Walking into 13-year-old Joey Belles’ hospital room, it’s hard to miss the abundance of sloths. There are stuffed sloths on tables and sloth stickers on the walls. The sloth is Joey’s spirit animal, though you wouldn’t know it by looking at him now.
“Our Joey likes to move at his own pace,” his mother Denise Belles said.
Joey arrived at Cook Children’s in June of 2019. What his family thought were headaches from recent growth spurts and allergies turned out to be a rare form of cancer called pineoblastoma. A tumor was growing in his head and spinal fluid was building up in his brain.
“At the time, he was going to football camp and loved it. Then we did the CT scan and within days, we got the diagnosis that changed our lives forever,” Denise said.
On July 3, Cook Children’s neurosurgeon Daniel Hansen, M.D. removed Joey’s tumor. Luckily, Dr. Hansen was able to get the entire mass at once. From there, Joey began a strict regimen of proton radiation therapy. In November, he was admitted to Cook Children’s Bone Marrow Transplant Unit to begin stem cell chemotherapy.
“It was really hard on his body,” Denise said. “You deplete [patients] of everything and start from scratch. But the doctor said to Joey, ‘You don’t have a shot if you don’t have the right attitude.’ So we came up with a plan and no matter what, we were going to be positive about it.”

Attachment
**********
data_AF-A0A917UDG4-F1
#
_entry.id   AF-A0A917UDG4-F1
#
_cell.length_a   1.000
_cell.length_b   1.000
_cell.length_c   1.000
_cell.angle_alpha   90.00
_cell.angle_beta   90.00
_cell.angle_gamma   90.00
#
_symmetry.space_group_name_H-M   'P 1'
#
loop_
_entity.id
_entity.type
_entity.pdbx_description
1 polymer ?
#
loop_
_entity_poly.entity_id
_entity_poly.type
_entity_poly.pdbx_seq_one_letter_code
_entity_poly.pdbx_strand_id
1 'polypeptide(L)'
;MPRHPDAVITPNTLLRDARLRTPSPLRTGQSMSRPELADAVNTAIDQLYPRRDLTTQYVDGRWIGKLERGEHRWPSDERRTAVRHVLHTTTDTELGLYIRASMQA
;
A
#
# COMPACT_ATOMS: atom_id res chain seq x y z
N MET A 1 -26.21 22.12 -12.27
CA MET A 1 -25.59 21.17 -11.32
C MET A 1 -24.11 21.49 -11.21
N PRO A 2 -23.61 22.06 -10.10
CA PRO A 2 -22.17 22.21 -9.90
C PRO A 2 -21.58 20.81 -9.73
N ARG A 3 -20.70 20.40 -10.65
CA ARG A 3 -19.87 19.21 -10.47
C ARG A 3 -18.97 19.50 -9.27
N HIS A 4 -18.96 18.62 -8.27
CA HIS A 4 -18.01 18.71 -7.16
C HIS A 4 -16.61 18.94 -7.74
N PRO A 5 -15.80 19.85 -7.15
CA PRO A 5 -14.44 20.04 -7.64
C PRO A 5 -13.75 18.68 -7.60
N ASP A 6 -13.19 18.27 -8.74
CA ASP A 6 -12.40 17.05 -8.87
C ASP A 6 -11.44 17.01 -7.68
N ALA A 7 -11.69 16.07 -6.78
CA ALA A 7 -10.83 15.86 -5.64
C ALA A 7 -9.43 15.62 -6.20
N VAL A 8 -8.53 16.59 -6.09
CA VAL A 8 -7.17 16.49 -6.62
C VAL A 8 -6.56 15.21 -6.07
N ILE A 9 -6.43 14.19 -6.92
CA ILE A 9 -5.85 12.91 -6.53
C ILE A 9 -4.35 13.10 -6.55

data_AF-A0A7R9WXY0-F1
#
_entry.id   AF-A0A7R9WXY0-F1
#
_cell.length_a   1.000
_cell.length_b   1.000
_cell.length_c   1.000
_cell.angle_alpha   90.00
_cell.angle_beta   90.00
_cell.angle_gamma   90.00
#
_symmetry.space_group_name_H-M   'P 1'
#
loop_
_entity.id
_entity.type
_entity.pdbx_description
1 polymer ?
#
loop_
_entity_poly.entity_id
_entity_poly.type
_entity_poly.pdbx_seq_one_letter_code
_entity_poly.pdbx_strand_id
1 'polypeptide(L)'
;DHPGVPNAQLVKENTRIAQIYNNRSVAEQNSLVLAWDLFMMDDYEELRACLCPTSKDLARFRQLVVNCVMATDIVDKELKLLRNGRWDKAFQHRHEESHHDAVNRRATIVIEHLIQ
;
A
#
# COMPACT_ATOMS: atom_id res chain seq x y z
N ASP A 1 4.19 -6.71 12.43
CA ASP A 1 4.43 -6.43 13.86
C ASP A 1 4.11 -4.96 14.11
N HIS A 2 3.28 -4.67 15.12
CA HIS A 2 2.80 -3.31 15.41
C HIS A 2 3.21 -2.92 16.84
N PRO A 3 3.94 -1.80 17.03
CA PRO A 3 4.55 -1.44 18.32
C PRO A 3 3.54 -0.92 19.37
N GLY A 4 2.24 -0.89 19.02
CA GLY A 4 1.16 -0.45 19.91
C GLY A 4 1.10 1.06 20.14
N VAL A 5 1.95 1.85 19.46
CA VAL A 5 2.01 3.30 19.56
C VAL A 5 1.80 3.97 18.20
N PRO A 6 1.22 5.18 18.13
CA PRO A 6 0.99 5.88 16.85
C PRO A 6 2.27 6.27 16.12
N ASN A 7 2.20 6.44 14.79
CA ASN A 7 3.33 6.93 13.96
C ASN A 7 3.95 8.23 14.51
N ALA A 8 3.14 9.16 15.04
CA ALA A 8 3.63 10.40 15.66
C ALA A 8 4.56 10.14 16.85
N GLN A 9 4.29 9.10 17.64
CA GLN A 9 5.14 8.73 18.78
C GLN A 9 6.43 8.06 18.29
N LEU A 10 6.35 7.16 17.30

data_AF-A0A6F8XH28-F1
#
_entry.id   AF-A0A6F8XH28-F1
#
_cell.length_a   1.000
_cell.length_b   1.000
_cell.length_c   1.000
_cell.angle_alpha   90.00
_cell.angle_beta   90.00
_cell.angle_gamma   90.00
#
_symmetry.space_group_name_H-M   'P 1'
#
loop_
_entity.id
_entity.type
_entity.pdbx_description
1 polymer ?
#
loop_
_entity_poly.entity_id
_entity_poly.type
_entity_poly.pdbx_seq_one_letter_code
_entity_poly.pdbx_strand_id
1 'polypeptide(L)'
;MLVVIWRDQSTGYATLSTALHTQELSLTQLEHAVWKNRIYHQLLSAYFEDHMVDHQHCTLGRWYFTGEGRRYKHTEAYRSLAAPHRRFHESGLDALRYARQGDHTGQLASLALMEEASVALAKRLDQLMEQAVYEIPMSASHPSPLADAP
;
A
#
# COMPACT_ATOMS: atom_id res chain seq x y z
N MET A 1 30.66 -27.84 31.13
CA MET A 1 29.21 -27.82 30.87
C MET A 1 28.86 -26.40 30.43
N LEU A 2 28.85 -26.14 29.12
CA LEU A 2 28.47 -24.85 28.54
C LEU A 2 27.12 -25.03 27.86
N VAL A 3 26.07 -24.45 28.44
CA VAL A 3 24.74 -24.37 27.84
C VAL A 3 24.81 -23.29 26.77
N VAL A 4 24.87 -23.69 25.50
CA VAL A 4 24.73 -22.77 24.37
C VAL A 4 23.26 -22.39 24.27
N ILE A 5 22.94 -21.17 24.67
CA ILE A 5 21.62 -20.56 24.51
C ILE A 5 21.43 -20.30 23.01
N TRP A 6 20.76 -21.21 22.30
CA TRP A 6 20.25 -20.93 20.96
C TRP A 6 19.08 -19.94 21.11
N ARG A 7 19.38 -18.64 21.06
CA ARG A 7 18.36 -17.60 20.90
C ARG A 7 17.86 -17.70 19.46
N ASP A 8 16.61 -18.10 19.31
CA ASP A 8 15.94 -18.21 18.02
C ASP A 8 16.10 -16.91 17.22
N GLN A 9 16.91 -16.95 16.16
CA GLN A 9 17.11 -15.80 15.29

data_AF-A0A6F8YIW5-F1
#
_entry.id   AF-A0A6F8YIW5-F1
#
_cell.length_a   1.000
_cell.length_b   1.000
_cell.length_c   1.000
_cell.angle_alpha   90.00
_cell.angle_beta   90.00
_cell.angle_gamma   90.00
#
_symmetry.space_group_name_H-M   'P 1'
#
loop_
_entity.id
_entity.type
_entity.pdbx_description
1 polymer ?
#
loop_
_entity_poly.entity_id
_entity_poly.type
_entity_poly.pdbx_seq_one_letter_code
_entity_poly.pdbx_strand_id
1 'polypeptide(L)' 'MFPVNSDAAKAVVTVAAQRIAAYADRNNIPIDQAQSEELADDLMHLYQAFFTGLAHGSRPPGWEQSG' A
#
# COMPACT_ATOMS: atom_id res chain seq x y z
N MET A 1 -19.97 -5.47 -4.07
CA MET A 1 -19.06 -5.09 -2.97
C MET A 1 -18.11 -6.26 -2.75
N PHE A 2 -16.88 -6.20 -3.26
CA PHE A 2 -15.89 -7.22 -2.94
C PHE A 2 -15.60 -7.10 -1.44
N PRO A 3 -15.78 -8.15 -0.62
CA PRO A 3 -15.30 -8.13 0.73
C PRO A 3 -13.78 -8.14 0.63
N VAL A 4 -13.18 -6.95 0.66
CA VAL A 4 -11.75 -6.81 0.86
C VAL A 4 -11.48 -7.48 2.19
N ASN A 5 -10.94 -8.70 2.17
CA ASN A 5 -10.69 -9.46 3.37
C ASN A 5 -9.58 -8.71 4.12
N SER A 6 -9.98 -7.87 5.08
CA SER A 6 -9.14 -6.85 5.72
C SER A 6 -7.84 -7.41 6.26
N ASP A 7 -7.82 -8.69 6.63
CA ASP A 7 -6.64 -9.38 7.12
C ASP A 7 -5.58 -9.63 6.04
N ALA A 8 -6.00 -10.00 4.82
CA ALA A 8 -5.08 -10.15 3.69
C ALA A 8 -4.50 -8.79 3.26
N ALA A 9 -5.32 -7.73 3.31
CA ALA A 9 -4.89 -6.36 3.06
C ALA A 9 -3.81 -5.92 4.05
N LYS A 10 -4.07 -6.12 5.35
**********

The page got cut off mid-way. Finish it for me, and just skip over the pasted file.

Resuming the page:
Part of the plan came together after a visit with a physical therapist. She asked Joey to start walking and told him that if he kept track of his progress, he could win a gift card once he hit 10 miles. The incentive is part of a new program at Cook Children’s called Miles in Motion which encourages hematology/oncology patients to get moving.
“When I first got here, I was sick and I was moving pretty slow,” said Joey. “We started walking the first day, but I could only do two laps.”
Joey would log his walks on a piece of paper in his room. Soon, the papers began piling up as he started making multiple laps around the unit.
Physical therapist Lydia Robey was part of the team that came up with the idea for Miles in Motion as part of a quality and safety initiative to get patients out of their beds and exercising.
“We were brainstorming how to increase activity for this particular group of patients and one of our dieticians pointed out that these kids were losing muscle mass at a far greater rate than they should,” Robey said. “Some of that was due to inactivity, as well as steroids and medications that cause muscle atrophy. We started reviewing the literature and the evidence just became overwhelming of how important exercise is.”
Robey said due to varying blood counts, patients are not always able to do resistance exercise. However, she says walking is always good.
“Everyone agrees that walking is safe, so we wanted to find a way to motivate and empower families and patients to start walking as part of their daily routine,” explained Robey.
Joey and his parents did just that. They committed to walking each day during his four separate hospital stays, which spanned between two and four weeks each.
“For about a week, I did two to four laps a day and then I started getting to 10 and I thought ‘Wow, this is good!’ and then I started doing 20,” Joey said.